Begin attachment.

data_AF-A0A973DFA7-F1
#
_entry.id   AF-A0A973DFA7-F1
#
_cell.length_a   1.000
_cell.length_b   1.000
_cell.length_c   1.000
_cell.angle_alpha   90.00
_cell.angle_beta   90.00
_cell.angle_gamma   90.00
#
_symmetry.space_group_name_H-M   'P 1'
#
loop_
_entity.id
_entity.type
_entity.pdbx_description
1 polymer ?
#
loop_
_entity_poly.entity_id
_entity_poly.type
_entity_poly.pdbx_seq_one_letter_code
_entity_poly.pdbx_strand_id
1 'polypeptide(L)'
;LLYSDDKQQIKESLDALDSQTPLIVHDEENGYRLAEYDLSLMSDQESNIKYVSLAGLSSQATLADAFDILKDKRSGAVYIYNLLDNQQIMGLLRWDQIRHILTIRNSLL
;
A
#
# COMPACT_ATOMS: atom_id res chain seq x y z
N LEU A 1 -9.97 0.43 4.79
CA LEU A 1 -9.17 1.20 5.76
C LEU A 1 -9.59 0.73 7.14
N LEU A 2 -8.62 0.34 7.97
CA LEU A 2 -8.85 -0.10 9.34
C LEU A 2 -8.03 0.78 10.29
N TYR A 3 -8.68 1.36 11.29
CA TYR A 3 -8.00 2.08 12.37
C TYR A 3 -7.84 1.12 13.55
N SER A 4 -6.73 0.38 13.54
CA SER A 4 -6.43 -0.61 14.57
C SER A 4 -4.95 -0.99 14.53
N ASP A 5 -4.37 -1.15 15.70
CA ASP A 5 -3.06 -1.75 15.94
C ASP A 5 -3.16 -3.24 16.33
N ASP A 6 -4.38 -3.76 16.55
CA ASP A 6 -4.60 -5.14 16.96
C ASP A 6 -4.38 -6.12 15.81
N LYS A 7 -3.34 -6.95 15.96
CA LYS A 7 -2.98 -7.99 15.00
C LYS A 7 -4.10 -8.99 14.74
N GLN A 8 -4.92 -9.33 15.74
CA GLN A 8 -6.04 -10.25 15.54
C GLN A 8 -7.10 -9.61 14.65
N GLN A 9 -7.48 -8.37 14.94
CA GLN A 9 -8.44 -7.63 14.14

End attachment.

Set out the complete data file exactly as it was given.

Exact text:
data_AF-A0A973DFA7-F1
#
_entry.id   AF-A0A973DFA7-F1
#
_cell.length_a   1.000
_cell.length_b   1.000
_cell.length_c   1.000
_cell.angle_alpha   90.00
_cell.angle_beta   90.00
_cell.angle_gamma   90.00
#
_symmetry.space_group_name_H-M   'P 1'
#
loop_
_entity.id
_entity.type
_entity.pdbx_description
1 polymer ?
#
loop_
_entity_poly.entity_id
_entity_poly.type
_entity_poly.pdbx_seq_one_letter_code
_entity_poly.pdbx_strand_id
1 'polypeptide(L)'
;LLYSDDKQQIKESLDALDSQTPLIVHDEENGYRLAEYDLSLMSDQESNIKYVSLAGLSSQATLADAFDILKDKRSGAVYIYNLLDNQQIMGLLRWDQIRHILTIRNSLL
;
A
#
# COMPACT_ATOMS: atom_id res chain seq x y z
N LEU A 1 -9.97 0.43 4.79
CA LEU A 1 -9.17 1.20 5.76
C LEU A 1 -9.59 0.73 7.14
N LEU A 2 -8.62 0.34 7.97
CA LEU A 2 -8.85 -0.10 9.34
C LEU A 2 -8.03 0.78 10.29
N TYR A 3 -8.68 1.36 11.29
CA TYR A 3 -8.00 2.08 12.37
C TYR A 3 -7.84 1.12 13.55
N SER A 4 -6.73 0.38 13.54
CA SER A 4 -6.43 -0.61 14.57
C SER A 4 -4.95 -0.99 14.53
N ASP A 5 -4.37 -1.15 15.70
CA ASP A 5 -3.06 -1.75 15.94
C ASP A 5 -3.16 -3.24 16.33
N ASP A 6 -4.38 -3.76 16.55
CA ASP A 6 -4.60 -5.14 16.96
C ASP A 6 -4.38 -6.12 15.81
N LYS A 7 -3.34 -6.95 15.96
CA LYS A 7 -2.98 -7.99 15.00
C LYS A 7 -4.10 -8.99 14.74
N GLN A 8 -4.92 -9.33 15.74
CA GLN A 8 -6.04 -10.25 15.54
C GLN A 8 -7.10 -9.61 14.65
N GLN A 9 -7.48 -8.37 14.94
CA GLN A 9 -8.44 -7.63 14.14